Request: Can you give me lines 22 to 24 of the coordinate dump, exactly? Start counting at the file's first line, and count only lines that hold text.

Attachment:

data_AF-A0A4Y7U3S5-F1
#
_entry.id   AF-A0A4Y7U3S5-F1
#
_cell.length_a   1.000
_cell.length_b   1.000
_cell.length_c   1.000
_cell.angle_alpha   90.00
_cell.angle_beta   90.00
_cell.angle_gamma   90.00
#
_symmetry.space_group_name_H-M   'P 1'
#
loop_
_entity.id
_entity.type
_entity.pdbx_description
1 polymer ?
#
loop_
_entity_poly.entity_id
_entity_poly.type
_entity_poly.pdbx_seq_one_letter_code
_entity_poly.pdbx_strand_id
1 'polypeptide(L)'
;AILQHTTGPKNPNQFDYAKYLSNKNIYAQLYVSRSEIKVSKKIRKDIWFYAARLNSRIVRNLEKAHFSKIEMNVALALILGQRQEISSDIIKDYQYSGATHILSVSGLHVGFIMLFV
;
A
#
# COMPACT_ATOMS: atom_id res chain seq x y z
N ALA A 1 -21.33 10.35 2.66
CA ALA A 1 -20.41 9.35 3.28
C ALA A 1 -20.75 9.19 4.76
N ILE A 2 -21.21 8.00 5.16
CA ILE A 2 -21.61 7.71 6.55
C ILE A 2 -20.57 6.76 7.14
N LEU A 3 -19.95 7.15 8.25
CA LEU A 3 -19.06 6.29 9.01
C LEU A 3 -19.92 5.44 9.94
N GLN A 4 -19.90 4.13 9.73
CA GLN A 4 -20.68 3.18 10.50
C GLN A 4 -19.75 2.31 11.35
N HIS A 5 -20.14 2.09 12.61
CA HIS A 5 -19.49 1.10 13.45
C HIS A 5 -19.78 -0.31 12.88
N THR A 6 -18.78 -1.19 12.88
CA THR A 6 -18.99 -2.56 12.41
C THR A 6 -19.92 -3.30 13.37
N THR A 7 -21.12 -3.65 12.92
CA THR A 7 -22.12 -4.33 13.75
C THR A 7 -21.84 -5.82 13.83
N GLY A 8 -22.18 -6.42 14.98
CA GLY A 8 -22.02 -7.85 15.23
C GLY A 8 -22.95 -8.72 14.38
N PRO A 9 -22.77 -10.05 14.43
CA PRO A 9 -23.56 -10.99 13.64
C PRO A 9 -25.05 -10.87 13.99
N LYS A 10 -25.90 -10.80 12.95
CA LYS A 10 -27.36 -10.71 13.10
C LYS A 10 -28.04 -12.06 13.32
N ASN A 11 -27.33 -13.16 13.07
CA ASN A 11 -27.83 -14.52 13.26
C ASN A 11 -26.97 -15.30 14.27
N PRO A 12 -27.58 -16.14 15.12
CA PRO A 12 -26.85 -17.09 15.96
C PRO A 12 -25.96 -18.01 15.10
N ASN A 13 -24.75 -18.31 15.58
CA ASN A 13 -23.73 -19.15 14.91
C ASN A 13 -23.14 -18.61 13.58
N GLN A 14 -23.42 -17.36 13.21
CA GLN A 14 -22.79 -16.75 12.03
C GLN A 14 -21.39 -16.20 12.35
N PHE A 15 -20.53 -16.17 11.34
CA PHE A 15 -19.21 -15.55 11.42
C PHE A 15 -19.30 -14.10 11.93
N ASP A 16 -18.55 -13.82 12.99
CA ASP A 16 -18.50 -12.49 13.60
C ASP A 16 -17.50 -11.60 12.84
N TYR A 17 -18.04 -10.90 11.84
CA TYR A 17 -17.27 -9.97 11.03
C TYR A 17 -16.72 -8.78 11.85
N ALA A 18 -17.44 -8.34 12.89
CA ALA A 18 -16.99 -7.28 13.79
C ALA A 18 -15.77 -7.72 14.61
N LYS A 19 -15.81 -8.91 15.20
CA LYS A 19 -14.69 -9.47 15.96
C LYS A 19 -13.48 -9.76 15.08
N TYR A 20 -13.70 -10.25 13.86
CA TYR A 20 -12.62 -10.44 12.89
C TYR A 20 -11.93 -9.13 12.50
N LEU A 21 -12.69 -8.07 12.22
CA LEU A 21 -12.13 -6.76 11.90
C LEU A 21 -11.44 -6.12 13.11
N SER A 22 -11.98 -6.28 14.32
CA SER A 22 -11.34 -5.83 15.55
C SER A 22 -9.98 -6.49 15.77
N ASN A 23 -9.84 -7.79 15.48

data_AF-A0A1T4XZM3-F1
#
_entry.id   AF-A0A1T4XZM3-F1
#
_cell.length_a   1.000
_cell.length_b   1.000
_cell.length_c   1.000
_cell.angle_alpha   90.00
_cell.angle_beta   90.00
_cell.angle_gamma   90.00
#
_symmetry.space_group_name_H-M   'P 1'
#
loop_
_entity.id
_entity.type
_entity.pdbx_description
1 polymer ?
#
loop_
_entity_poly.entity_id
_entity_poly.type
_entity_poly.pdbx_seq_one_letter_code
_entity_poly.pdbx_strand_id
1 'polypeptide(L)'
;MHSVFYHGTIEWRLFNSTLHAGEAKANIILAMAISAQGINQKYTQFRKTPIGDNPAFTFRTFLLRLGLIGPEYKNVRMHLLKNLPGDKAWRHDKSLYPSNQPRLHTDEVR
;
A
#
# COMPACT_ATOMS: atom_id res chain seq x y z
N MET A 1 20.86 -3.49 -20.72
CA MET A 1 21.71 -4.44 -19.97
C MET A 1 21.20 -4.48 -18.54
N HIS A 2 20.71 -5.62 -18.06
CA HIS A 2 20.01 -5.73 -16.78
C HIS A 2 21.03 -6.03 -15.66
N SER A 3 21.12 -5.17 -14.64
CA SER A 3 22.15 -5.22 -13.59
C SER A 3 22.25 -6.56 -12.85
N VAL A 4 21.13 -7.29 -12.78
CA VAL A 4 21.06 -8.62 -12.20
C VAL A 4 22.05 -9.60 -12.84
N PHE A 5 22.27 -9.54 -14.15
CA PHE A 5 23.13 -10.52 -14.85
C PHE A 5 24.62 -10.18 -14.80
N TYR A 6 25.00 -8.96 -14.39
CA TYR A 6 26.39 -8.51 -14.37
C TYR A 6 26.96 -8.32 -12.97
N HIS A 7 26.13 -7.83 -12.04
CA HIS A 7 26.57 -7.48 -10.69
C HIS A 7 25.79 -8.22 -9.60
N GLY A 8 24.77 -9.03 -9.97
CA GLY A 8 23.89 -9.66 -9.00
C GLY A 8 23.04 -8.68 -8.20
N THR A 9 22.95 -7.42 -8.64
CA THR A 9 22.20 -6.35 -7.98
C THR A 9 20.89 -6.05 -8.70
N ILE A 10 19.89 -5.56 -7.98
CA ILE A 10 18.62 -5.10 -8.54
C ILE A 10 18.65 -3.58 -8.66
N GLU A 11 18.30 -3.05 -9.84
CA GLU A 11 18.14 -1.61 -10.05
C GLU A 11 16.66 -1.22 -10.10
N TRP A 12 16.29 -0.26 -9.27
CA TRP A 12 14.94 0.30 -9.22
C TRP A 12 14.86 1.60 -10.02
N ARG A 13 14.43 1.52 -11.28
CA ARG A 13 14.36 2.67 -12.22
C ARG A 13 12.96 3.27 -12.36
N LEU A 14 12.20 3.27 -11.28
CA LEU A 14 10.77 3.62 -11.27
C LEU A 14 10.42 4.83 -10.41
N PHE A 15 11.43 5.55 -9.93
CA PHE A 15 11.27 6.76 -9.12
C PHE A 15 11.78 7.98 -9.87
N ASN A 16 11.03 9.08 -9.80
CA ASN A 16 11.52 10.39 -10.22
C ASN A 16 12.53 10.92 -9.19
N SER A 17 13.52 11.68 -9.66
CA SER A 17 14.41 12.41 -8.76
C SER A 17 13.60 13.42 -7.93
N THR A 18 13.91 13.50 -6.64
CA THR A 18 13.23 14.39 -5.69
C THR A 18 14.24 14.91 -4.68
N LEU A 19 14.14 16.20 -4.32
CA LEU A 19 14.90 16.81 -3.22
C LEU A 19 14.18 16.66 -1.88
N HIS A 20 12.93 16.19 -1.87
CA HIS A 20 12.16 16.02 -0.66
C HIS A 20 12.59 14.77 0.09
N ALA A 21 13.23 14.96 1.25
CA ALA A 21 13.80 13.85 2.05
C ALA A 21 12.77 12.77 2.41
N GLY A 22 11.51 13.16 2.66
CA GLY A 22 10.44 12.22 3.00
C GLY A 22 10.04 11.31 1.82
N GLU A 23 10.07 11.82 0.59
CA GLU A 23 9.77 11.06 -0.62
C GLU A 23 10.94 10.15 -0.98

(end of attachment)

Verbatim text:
_entity_poly.type
_entity_poly.pdbx_seq_one_letter_code
_entity_poly.pdbx_strand_id